In order to make synthesis as fun to use as possible, we revived and renewed many of the classic synthesis patterns from the previous games, but you can also experiment and find completely new and unknown combinations as well. We also understand that checking and remembering the huge number of possible monster synthesis results on your own can get quite daunting, so we also introduced a synthesis search mechanic. This is a very convenient feature that lets you pick from numerous different parameters and find results matching your specified conditions immediately. We hope that players will make great use of this feature.
Dragon Quest has become renowned and beloved for its monster designs. With this game introducing new ones, how does the team work to make sure that they “fit in” and players will enjoy them as much as the slimes, drackys, and so on ?
Yokota Kento: When we include a new monster, we first take the 2D design and line it up next to many of the classic monsters from the series to see if it feels out of place. We then take each one and check it over together with Dragon Quest creator Horii Yuji, discussing the design and coming up with a name for it. After going through this process, the new recruit finally becomes an official part of the Dragon Quest menagerie.
Another common thread across Dragon Quest is its humour, and playful wordplay in the script. Will this be a feature in this new game, and are there any particularly amusing things that people should look out for this time?
Yokota Kento: Indeed, the distinctive dialogue and wordplay from the Dragon Quest series is alive and well in Dragon Quest Monsters: The Dark Prince. The scenario writing was handled by a team centred around Mr. Fujisawa Jin, a creator who has acted as director on several Dragon Quest series titles and who has worked together with Mr. Horii for many years.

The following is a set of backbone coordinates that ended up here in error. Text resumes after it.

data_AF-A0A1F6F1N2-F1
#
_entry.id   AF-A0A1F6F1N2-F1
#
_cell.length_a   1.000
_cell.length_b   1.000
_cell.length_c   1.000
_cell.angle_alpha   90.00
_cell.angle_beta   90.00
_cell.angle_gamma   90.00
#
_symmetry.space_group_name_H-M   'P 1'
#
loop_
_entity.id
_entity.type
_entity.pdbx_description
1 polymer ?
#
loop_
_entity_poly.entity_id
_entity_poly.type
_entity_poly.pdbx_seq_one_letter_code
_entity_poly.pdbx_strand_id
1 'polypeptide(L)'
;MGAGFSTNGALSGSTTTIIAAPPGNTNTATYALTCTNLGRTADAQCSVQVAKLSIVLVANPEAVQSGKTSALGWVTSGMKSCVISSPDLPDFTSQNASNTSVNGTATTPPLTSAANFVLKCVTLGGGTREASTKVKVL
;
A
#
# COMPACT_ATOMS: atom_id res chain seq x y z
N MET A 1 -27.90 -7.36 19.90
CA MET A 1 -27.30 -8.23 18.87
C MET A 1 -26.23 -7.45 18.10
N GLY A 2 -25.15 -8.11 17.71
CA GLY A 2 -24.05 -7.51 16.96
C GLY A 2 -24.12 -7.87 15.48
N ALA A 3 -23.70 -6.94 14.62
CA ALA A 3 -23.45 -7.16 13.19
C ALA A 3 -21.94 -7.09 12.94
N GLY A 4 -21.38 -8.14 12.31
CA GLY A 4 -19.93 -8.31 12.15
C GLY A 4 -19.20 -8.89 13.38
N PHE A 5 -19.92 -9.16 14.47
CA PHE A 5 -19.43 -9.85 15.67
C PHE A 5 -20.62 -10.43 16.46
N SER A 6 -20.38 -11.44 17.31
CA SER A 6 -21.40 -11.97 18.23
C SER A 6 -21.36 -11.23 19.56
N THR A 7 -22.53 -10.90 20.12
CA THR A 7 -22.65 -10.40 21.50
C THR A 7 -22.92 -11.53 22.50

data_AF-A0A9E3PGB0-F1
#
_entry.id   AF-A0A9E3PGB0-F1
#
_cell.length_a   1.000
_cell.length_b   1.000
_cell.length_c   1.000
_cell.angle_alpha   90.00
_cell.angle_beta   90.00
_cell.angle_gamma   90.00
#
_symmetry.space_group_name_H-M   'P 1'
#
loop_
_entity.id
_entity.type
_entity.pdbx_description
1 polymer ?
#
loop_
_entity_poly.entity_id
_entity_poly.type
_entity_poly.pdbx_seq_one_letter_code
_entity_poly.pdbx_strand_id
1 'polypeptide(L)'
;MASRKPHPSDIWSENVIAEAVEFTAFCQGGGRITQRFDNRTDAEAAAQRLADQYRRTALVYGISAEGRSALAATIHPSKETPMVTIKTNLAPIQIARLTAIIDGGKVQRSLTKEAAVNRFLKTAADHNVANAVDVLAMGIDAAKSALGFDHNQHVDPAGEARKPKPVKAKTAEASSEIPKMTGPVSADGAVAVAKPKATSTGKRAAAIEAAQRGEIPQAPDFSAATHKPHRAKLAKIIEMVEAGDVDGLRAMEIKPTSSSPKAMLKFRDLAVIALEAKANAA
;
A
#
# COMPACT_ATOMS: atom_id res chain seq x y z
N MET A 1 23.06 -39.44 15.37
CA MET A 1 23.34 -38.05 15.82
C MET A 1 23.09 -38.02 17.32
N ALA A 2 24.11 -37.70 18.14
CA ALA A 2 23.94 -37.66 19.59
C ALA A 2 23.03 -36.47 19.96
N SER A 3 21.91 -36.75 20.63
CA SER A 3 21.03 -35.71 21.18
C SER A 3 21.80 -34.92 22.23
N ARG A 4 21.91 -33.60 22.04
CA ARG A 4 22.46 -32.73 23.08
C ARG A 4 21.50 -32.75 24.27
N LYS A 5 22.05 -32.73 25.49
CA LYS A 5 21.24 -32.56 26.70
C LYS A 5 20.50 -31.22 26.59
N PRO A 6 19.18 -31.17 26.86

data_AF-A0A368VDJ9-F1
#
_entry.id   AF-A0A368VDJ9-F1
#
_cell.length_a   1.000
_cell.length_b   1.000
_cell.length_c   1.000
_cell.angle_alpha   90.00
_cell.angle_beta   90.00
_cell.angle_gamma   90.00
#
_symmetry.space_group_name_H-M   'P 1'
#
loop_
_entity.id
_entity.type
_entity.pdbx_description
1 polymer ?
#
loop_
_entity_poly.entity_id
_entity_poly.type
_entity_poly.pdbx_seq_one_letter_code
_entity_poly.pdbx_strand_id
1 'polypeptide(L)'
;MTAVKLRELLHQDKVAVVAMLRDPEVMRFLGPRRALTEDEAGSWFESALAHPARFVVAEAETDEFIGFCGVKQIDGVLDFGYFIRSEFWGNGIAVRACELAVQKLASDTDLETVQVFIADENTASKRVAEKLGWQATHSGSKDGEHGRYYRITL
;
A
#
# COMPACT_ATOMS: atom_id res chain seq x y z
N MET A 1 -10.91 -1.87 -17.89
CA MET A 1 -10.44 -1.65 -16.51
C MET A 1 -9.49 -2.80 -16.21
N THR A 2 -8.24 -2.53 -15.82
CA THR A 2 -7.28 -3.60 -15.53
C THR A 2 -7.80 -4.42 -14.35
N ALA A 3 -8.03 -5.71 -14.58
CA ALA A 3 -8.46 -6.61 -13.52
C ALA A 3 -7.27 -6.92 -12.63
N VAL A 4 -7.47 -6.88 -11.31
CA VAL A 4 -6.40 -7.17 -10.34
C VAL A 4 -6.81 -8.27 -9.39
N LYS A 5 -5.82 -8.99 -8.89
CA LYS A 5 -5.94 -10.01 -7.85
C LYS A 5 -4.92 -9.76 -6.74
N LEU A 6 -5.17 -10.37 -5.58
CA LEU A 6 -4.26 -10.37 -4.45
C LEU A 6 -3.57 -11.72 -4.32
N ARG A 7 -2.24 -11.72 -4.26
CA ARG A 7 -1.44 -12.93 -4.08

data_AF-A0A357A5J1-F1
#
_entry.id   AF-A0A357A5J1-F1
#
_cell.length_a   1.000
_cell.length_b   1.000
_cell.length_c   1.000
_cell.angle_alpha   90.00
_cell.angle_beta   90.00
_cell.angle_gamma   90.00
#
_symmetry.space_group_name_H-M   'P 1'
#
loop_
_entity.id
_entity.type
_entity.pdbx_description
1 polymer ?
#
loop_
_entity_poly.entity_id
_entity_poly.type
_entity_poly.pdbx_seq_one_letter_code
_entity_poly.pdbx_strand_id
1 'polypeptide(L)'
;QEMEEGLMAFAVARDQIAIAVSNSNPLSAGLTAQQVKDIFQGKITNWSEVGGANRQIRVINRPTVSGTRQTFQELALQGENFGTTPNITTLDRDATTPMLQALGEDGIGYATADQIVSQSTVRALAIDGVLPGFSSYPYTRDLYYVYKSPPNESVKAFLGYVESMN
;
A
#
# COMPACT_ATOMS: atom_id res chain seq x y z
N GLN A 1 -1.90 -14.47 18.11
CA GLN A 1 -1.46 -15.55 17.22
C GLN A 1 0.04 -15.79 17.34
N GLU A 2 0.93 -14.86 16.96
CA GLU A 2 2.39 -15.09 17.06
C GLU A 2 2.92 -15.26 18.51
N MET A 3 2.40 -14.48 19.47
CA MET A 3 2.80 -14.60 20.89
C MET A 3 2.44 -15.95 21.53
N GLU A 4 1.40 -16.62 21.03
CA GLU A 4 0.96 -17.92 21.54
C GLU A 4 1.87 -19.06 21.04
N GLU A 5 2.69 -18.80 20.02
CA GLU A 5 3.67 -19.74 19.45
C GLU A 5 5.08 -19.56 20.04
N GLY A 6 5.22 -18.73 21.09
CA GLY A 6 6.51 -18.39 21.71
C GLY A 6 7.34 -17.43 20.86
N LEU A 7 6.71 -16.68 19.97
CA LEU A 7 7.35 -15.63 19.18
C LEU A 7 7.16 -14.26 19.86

One fun thing that I want players to notice in this game is the differences in size between the monsters. For example, even in the same Slime family you can encounter tiny ones that barely come up to Psaro’s knee, as well as gigantic ones that are many times his size. With this mechanic we want to let players customise their monster teams more. Not just in terms of the types they like but also making each member the size they want it.
One other thing that is also from the mainline Dragon Quest series that I hope players have fun with is collecting mini-medals.
This introduction of seasons is interesting to me. Previous Dragon Quest Monsters games have encouraged you to return to areas by using roguelike design elements and the like. With this game, will players need to return to areas in each season, and what changes when you do (aside from the aesthetics)?
Yokota Kento: It is not compulsory for players to return to an area available in each of the different seasons but there will definitely be new discoveries waiting when the season changes. For example, the monsters walking around will change and the terrain might have changed, opening up new areas to explore. In addition to the seasons, the weather can change as well. There are even some rare monsters that only appear in specific seasons or under specific weather conditions, and searching those out is great fun too.
Finally, the arena has always been a major feature in Dragon Quest Monsters. Is there anything new that we can expect to see from it in this game?
Yokota Kento: In the Dragon Quest Monsters series, the arena has always been a place that lets you test your abilities in battle to see how good you really are. For that reason, we have deliberately not changed how it works from previous games. You should go back regularly to take on harder challenges when you feel your team has become more powerful.
Many thanks to Yokota Kento and Horii Yuji for taking the time to answer these quick questions, and stay tuned for the DDNet review of the game closer to release.